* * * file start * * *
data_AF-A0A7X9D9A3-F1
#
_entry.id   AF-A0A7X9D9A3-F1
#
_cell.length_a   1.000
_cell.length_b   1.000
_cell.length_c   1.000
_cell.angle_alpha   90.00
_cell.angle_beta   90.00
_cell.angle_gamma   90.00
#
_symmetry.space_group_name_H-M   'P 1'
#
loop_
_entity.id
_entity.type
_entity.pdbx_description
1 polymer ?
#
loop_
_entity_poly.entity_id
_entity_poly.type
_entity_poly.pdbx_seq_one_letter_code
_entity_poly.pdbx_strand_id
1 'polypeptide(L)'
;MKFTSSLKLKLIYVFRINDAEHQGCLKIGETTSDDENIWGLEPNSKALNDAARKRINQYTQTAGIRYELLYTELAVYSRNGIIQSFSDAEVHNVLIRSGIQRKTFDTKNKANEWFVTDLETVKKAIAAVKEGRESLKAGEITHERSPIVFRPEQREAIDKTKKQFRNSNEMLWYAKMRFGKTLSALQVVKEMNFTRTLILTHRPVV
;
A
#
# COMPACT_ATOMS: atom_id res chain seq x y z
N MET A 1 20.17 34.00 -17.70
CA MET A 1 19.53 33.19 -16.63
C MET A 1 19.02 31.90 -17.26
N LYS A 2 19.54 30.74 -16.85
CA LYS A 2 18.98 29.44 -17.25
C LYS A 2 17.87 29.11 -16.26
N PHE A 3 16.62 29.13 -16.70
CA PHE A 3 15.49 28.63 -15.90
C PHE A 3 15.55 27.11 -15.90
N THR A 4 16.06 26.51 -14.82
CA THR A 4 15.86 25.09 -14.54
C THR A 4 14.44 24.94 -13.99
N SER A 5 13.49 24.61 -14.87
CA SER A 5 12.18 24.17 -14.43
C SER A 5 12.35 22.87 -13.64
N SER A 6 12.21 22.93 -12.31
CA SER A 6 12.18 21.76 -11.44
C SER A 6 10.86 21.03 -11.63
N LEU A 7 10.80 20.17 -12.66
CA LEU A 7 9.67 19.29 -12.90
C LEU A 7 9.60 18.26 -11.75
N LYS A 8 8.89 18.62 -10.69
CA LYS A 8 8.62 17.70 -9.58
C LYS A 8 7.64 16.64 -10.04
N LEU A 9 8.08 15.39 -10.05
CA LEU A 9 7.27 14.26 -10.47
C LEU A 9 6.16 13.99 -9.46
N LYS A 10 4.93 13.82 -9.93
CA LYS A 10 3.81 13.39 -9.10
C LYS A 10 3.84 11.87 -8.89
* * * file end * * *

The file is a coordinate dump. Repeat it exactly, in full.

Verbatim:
data_AF-A0A7X9D9A3-F1
#
_entry.id   AF-A0A7X9D9A3-F1
#
_cell.length_a   1.000
_cell.length_b   1.000
_cell.length_c   1.000
_cell.angle_alpha   90.00
_cell.angle_beta   90.00
_cell.angle_gamma   90.00
#
_symmetry.space_group_name_H-M   'P 1'
#
loop_
_entity.id
_entity.type
_entity.pdbx_description
1 polymer ?
#
loop_
_entity_poly.entity_id
_entity_poly.type
_entity_poly.pdbx_seq_one_letter_code
_entity_poly.pdbx_strand_id
1 'polypeptide(L)'
;MKFTSSLKLKLIYVFRINDAEHQGCLKIGETTSDDENIWGLEPNSKALNDAARKRINQYTQTAGIRYELLYTELAVYSRNGIIQSFSDAEVHNVLIRSGIQRKTFDTKNKANEWFVTDLETVKKAIAAVKEGRESLKAGEITHERSPIVFRPEQREAIDKTKKQFRNSNEMLWYAKMRFGKTLSALQVVKEMNFTRTLILTHRPVV
;
A
#
# COMPACT_ATOMS: atom_id res chain seq x y z
N MET A 1 20.17 34.00 -17.70
CA MET A 1 19.53 33.19 -16.63
C MET A 1 19.02 31.90 -17.26
N LYS A 2 19.54 30.74 -16.85
CA LYS A 2 18.98 29.44 -17.25
C LYS A 2 17.87 29.11 -16.26
N PHE A 3 16.62 29.13 -16.70
CA PHE A 3 15.49 28.63 -15.90
C PHE A 3 15.55 27.11 -15.90
N THR A 4 16.06 26.51 -14.82
CA THR A 4 15.86 25.09 -14.54
C THR A 4 14.44 24.94 -13.99
N SER A 5 13.49 24.61 -14.87
CA SER A 5 12.18 24.17 -14.43
C SER A 5 12.35 22.87 -13.64
N SER A 6 12.21 22.93 -12.31
CA SER A 6 12.18 21.76 -11.44
C SER A 6 10.86 21.03 -11.63
N LEU A 7 10.80 20.17 -12.66
CA LEU A 7 9.67 19.29 -12.90
C LEU A 7 9.60 18.26 -11.75
N LYS A 8 8.89 18.62 -10.69
CA LYS A 8 8.62 17.70 -9.58
C LYS A 8 7.64 16.64 -10.04
N LEU A 9 8.08 15.39 -10.05
CA LEU A 9 7.27 14.26 -10.47
C LEU A 9 6.16 13.99 -9.46
N LYS A 10 4.93 13.82 -9.93
CA LYS A 10 3.81 13.39 -9.10
C LYS A 10 3.84 11.87 -8.89